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mfoster711's avatar
mfoster711
Regular Contributor
2 years ago

TestComplete and Selenium

Does anybody have suggestions or thoughts on using TestComplete along side Selenium? 

 

I perform a lot of testing in Desktop and WEB at the same time. Much of our our testing involves performing actions in a Desktop environment and then verifying the changes are also in the WEB environment. For example:

  • Add customer in Desktop app
  • Verify customer displays in WEB app
  • Update customer information in WEB app
  • Verify changes now show in Desktop app

This jumping back and forth between Desktop and WEB is a primary reason we use TestComplete since it supports both environments.

 

That being said, I plan to research what it would take to convert all of the WEB testing to Selenium. The challenge would be figuring out how to run tests that need to jump between TestComplete and Selenium. I would need to pass data between the two test environments which I would probably do using some type of temp file on the PC. I have no clue how I would run tests in a debug mode.

 

Also, I am not necessarily wanting to use the TestComplete method of calling Selenium tests which is dependent on using a framework with Selenium. I would probably create our own custom framework in Selenium.

 

Anyways, just curious if anybody has thoughts and suggestions on this.

9 Replies


  • -- Selenium cannot connect to the already running browser

    Actually you are not right as it does allow to connect and it depends on web browser implementation and not on Selenium specific. For example, you can connect to MSEdge existing session if the browser was started with debugging port opened. This should be possible for Chrome as both (Chrome and Edge) are fork of Chromium browser. But I am not sure if this possible in Firefox or Opera.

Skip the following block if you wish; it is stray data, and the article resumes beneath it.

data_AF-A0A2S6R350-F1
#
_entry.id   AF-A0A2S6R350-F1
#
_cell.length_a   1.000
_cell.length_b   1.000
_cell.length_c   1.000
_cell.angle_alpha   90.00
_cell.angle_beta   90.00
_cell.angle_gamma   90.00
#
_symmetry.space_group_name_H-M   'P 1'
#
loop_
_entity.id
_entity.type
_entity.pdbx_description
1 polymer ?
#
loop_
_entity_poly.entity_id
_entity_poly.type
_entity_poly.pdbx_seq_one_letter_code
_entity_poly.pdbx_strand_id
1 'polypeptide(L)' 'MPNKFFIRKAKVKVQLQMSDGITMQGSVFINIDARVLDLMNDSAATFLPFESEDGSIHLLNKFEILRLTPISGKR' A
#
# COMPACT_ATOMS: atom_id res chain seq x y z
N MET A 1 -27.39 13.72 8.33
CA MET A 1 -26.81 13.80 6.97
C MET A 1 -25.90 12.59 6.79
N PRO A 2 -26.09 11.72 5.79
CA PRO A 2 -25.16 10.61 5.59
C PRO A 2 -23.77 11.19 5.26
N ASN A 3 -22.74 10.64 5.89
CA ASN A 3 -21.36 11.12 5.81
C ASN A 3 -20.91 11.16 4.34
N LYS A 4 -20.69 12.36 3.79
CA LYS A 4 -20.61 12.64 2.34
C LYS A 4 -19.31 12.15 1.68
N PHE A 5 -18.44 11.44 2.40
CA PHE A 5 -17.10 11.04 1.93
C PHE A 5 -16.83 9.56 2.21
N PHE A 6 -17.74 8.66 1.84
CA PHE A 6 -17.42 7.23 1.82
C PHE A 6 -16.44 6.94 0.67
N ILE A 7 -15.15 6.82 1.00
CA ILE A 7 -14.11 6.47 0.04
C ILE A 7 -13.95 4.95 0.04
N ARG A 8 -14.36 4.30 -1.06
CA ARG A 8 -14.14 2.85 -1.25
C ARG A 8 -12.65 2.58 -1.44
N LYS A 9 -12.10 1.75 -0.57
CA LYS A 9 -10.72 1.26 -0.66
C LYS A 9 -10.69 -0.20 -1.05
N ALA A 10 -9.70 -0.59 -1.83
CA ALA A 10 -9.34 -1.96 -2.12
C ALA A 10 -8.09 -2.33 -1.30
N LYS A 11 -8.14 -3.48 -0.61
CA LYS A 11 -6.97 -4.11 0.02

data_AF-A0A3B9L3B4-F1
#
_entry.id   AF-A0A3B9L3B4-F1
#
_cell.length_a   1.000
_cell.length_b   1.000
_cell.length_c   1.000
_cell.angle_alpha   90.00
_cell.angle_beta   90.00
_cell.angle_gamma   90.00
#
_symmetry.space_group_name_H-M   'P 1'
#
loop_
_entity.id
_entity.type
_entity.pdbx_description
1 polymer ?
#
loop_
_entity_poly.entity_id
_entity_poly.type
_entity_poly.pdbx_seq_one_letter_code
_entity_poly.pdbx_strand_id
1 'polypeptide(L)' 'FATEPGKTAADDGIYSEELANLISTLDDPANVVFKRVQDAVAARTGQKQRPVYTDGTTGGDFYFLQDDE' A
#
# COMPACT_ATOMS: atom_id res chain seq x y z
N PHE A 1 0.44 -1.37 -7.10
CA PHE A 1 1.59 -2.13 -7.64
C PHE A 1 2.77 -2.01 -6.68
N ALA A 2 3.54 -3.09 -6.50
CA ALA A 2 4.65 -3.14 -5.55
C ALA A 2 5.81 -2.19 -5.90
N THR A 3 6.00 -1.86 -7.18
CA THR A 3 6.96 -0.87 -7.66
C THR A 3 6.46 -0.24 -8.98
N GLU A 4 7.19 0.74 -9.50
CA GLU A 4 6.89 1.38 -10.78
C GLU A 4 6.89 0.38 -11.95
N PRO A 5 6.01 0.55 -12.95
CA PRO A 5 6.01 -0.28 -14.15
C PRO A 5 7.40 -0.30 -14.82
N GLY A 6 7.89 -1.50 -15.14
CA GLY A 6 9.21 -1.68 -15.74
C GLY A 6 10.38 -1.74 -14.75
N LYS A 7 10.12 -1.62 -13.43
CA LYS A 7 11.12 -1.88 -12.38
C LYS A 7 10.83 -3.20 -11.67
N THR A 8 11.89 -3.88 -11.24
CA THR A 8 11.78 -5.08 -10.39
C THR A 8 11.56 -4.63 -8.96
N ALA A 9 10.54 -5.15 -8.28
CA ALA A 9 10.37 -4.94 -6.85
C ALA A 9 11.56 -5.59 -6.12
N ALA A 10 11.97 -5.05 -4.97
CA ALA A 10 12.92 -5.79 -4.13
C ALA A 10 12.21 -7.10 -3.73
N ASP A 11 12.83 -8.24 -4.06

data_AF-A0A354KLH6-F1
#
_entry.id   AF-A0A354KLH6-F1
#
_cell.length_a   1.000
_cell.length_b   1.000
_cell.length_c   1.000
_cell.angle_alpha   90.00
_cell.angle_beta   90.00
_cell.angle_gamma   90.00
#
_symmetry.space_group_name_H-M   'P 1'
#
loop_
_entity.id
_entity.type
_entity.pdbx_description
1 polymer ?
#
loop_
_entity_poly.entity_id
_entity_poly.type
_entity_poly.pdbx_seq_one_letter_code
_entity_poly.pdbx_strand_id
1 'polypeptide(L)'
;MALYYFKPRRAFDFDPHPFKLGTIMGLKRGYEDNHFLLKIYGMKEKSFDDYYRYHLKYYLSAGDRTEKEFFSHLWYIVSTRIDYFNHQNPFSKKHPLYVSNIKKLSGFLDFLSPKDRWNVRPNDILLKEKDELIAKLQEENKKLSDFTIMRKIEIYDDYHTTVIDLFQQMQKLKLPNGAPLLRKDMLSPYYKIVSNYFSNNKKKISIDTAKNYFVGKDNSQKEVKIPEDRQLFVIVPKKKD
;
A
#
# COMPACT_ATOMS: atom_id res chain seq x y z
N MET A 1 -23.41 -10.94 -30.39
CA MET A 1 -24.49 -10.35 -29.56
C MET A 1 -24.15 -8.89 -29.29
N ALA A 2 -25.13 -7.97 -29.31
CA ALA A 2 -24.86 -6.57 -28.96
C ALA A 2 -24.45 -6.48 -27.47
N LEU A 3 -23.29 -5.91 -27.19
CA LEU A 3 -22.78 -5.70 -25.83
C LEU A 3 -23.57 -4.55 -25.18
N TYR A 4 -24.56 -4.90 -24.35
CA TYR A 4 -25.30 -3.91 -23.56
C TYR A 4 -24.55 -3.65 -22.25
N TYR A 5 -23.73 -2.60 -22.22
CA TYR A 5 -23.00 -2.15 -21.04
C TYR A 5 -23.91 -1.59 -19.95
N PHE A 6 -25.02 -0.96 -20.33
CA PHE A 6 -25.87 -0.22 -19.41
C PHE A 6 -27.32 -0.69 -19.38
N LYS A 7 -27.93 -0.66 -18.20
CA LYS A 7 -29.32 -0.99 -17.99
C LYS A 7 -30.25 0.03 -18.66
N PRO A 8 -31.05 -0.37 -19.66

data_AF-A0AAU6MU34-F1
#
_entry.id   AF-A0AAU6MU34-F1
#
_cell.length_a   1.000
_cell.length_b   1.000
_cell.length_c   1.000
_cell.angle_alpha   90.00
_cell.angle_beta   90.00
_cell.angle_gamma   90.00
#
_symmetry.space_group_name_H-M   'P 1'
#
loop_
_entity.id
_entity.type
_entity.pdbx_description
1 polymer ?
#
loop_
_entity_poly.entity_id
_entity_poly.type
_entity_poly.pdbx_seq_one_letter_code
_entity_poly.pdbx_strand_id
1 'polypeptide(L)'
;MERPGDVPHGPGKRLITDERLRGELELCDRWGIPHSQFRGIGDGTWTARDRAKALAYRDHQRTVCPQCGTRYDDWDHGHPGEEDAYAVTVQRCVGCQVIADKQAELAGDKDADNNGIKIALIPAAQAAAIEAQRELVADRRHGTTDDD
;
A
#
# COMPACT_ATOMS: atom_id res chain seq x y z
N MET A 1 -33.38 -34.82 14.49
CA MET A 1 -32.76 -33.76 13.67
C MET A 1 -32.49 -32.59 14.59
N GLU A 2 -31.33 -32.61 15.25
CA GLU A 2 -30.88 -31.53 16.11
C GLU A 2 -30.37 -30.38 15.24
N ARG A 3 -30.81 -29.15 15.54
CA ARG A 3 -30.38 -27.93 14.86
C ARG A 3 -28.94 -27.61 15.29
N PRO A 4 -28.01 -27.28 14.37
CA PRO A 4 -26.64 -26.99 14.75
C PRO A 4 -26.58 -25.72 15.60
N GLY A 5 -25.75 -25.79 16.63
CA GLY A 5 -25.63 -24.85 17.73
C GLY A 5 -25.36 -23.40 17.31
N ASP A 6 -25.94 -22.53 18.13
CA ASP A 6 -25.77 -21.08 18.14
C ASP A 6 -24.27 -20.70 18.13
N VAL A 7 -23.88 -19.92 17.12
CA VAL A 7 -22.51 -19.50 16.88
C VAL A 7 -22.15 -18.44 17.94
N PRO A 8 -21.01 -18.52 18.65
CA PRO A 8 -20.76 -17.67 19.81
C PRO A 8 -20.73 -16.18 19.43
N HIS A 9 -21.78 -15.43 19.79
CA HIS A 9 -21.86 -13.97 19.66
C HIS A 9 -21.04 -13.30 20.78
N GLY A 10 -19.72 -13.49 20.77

• AlexKaras's avatar
      AlexKaras
      Champion Level 3

      Hi,

       


      Bonibom wrote:

      [...] it depends on web browser implementation and not on Selenium specific.


       

      Agree. Actually, this was the reason for me to say that such approach sounds to me like some kind of non-standard use of web driver.

      Probably, I can re-phrase my initial statement like this:

      -- Selenium is just a library that makes it possible to emulate end-user actions or execute other code via injection to the controlled web page. Accessibility of all other functionality (and the amount of control over web page) depends on other libraries (including web driver) that are used in the given test project.

       

      P.S. I hope that the following automotive analogy is quite valid:

      TestComplete is like pickup - it can be used to carry people and goods, to drive on road and off road. All this to a certain extent of course. One cannot use if for racing or delivering wood logs to build the house. But it can be used as is for majority of regular every-day tasks.

      Selenium is like a basic assembly kit. It can do very little without other kits. One can build a wide range of different vehicles by combining this basic kit with other kits. But this requires time, certain knowledge and abilities to make kits to work together.

       

  • AlexKaras's avatar
    AlexKaras
    Champion Level 3

    Hi,

     

    Out of curiosity: Assuming you already have everything been setup for your operational environment in TestComplete, what is the reason to dispose it of and move to Selenium?

     

  • mfoster711's avatar
    mfoster711
    Regular Contributor

    Because of all of the issues with TestComplete recently and the complete failure of Smartbear to address any in a timely manner.

     

    This has personally been the absolute worse timing for theses issues. My company is looking to greatly expand our use of automated testing. I convinced our management that TestComplete was the right tool for the future based on my 10+ years of using it. They were also considering a Selenium approach. We bought a company last year that uses Selenium for all of their automated testing and they use it quite well. But, since TestComplete can support Desktop and WEB, we decided on using TestComplete.